Last Thursday Liam Byrne asked Chris Grayling "if he will publish all (a) internal correspondence of his Department and (b) correspondence with other Departments relating to the allegations of fraud at A4e." The answer was: "The Department cannot publish information relating to the current allegations of fraud as this is a police matter and investigations are ongoing. " Which is very convenient. The police investigation into one local incident, along with the DWP's investigation into "all relationships" with A4e would appear to close down all discussion of the subject for the foreseeable future. And now we learn that the Skills Funding Agency is conducting its own review of contracts with A4e for prison education. The SFA said: "The Agency has decided that Agency auditors will work alongside A4e’s auditors to complete this exercise and provide additional assurance to the Agency that contracts are being delivered in accordance with our requirements. In the current context the Skills Funding Agency is vigilant and continues to monitor the situation very closely.” Good. But again, this seems to put on hold the airing of concerns. All those MPs who received evidence and complaints from clients and staff of the company will have handed their dossiers to the DWP. And what of the journalists who were eagerly soliciting stories? Has the official investigation closed down their interest? Are editors afraid that publication could be seen to prejudice the process? Or have they just got bored with the subject?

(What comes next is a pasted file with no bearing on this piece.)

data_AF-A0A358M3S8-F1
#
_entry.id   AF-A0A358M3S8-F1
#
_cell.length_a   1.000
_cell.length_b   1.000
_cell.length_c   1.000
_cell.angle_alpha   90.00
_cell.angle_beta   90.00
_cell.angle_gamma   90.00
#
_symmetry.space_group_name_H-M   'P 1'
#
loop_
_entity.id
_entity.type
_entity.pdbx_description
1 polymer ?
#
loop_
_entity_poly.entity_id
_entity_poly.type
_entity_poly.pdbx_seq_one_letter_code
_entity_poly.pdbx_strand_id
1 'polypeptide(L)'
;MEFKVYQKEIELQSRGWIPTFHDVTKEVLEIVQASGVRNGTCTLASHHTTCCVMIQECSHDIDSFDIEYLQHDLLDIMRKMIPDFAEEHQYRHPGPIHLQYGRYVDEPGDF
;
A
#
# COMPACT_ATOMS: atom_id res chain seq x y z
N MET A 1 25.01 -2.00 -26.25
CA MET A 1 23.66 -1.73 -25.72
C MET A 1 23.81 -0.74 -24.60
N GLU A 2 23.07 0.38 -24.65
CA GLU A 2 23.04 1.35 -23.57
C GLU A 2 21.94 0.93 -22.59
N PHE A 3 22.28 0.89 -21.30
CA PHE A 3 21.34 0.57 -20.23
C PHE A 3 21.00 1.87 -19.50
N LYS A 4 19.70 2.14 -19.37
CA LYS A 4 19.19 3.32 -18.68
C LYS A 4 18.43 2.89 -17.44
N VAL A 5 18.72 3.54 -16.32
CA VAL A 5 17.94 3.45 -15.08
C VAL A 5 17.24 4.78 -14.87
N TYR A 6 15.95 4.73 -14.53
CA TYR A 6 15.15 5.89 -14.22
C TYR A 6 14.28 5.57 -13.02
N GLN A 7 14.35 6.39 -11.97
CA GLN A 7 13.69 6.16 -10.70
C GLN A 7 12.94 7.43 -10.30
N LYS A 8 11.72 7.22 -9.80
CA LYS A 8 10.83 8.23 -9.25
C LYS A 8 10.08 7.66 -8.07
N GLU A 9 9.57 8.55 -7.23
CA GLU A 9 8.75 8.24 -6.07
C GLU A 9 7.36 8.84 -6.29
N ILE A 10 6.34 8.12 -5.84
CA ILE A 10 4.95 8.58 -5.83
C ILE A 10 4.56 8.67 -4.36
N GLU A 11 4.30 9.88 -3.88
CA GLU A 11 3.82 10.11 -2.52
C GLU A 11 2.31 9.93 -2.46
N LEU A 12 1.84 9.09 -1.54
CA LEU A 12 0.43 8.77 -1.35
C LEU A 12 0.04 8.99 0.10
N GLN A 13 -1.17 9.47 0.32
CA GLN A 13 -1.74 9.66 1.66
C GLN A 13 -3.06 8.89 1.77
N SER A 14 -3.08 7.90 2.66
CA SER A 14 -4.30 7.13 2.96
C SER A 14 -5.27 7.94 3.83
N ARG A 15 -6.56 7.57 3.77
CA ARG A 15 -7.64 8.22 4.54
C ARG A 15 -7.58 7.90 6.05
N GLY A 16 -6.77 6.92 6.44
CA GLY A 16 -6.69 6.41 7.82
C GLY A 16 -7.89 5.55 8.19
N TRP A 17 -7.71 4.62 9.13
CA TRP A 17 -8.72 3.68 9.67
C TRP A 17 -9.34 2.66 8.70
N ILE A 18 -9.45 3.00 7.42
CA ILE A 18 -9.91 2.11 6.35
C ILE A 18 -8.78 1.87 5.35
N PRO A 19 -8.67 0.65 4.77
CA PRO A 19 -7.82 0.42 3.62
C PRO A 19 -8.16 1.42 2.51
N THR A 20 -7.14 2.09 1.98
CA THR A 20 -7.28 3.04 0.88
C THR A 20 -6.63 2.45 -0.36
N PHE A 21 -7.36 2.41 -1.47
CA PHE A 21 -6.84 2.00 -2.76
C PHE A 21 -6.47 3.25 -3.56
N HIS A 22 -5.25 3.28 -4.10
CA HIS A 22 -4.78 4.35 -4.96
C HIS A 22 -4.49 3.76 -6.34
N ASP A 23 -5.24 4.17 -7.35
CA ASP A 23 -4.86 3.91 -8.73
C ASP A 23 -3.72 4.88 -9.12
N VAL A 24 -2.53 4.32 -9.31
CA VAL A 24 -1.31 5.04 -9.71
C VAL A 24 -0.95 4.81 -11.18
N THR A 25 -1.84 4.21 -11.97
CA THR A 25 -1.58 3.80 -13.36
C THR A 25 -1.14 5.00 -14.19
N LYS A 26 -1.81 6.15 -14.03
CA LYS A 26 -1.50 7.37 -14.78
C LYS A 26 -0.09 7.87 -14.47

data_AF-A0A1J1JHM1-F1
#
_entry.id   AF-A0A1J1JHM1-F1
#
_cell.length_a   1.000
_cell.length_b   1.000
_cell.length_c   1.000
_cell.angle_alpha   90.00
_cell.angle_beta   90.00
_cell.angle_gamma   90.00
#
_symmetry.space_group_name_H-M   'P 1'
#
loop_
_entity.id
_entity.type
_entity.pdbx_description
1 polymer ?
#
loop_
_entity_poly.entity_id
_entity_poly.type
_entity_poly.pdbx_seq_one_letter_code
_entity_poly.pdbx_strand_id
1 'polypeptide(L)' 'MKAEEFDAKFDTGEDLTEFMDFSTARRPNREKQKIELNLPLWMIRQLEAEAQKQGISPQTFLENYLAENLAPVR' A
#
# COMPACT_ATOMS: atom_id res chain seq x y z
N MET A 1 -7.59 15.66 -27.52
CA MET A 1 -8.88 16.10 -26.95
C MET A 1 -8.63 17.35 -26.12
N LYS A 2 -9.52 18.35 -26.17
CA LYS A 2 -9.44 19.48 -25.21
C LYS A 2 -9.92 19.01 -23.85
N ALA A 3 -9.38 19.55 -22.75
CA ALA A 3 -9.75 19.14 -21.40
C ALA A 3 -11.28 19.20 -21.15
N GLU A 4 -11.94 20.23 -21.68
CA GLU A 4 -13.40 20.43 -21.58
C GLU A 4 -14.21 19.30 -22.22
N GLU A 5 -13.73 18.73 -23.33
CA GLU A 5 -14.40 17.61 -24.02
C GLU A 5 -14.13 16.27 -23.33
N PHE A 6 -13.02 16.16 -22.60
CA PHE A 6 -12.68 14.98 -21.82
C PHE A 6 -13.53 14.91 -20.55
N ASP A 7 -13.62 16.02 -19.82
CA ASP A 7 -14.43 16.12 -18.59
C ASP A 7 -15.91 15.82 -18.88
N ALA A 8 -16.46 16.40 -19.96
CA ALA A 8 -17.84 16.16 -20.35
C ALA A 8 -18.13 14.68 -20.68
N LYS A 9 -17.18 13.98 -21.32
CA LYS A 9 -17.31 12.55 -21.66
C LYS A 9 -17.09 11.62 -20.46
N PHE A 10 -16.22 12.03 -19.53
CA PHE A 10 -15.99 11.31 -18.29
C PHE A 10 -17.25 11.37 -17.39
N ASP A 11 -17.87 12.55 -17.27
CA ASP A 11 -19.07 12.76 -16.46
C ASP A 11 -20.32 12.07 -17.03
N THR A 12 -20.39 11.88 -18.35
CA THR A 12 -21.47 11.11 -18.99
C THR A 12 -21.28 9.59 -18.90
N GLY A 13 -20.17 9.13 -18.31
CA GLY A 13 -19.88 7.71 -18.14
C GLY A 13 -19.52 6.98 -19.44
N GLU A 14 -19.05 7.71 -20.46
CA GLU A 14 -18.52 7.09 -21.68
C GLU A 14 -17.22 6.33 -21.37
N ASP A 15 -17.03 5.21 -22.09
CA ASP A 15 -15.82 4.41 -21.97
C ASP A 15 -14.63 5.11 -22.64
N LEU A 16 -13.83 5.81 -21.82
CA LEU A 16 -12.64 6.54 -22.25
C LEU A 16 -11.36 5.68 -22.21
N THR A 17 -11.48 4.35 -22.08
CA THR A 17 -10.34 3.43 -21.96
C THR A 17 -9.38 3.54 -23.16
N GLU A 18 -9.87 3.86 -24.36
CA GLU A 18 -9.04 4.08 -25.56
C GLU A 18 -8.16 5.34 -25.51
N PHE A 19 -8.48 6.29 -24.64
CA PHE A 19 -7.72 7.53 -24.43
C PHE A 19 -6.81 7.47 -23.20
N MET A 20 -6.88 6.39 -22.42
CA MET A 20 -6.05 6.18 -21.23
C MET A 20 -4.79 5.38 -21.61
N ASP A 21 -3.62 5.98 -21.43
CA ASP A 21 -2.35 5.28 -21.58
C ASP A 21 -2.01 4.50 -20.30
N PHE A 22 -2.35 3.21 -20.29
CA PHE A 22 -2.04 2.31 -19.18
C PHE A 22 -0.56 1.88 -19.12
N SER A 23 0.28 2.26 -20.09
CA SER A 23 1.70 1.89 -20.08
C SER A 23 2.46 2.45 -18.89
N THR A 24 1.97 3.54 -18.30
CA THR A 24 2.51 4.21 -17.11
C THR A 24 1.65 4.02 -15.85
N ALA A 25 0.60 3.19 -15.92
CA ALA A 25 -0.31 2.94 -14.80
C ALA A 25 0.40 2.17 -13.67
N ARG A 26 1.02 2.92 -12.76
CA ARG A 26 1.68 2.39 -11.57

Maybe they are right. Critics of A4e could scarcely have asked for more than has happened lately. So should we take a step back, shut up for a bit, and wait for the results of the investigations? There shouldn't be too long to wait. The SFA needs to get the new contracts up and running. And the DWP can't afford to let this drag on until the WP figures have to be published. For the government this is about damage limitation, and we would be very surprised if any drastic action resulted. So what now?